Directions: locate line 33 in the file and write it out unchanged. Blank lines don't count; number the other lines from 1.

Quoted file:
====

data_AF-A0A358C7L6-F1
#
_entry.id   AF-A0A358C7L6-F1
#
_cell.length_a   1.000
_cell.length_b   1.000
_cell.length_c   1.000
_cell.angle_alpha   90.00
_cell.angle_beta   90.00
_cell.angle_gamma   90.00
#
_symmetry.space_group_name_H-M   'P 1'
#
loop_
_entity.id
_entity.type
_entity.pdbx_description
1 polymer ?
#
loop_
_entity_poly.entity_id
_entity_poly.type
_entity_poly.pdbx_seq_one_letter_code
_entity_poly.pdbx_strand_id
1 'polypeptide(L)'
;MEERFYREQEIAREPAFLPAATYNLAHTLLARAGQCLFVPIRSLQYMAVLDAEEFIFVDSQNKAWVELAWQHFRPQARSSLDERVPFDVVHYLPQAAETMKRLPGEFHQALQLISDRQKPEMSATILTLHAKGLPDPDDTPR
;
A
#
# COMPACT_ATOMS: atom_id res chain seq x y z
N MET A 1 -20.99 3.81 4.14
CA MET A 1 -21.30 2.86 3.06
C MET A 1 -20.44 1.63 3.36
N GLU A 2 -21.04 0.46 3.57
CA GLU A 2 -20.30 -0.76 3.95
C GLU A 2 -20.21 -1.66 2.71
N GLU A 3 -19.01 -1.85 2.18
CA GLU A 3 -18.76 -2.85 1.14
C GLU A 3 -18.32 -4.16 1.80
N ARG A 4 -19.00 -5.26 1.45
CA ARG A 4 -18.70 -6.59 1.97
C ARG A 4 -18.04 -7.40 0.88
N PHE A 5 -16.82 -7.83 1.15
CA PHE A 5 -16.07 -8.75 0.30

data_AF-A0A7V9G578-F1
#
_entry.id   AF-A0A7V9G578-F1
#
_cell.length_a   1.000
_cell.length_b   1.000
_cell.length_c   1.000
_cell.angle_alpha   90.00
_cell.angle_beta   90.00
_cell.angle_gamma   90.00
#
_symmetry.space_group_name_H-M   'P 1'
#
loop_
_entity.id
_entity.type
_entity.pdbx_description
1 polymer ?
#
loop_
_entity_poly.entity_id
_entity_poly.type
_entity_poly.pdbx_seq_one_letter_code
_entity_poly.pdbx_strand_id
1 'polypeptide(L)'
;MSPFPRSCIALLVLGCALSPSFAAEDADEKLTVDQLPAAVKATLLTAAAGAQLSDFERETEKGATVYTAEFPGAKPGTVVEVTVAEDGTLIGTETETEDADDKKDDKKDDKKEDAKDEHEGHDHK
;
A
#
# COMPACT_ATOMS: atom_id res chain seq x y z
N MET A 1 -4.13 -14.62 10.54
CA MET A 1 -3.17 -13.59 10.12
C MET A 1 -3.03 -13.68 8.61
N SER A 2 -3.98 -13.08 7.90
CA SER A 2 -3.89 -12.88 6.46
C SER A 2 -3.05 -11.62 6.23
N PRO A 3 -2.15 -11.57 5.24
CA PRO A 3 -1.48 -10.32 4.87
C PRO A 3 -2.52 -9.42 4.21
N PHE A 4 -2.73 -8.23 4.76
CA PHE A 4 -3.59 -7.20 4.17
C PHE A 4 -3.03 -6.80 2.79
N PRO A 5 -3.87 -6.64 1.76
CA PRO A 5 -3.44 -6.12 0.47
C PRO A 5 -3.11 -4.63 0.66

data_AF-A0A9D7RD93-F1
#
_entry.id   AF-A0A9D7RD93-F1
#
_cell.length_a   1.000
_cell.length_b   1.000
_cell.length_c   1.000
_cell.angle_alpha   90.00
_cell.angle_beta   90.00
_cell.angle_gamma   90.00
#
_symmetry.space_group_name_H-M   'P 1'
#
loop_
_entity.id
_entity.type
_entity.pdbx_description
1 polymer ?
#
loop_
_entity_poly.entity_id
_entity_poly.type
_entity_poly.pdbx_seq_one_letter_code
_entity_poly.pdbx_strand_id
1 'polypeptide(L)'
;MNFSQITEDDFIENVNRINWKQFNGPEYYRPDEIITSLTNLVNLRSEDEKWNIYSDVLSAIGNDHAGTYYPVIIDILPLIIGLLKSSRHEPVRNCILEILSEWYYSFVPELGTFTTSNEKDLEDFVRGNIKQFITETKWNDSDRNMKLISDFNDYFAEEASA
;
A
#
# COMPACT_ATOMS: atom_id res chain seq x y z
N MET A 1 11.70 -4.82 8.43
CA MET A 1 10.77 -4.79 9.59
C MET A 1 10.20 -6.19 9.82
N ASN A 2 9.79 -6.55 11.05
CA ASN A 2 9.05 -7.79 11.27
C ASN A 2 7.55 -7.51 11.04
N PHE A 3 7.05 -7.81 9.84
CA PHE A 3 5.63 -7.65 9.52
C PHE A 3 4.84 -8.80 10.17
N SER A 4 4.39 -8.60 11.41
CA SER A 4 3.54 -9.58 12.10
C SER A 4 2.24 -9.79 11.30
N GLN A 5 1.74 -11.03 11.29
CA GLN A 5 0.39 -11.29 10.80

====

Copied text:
C MET A 1 -20.44 1.63 3.36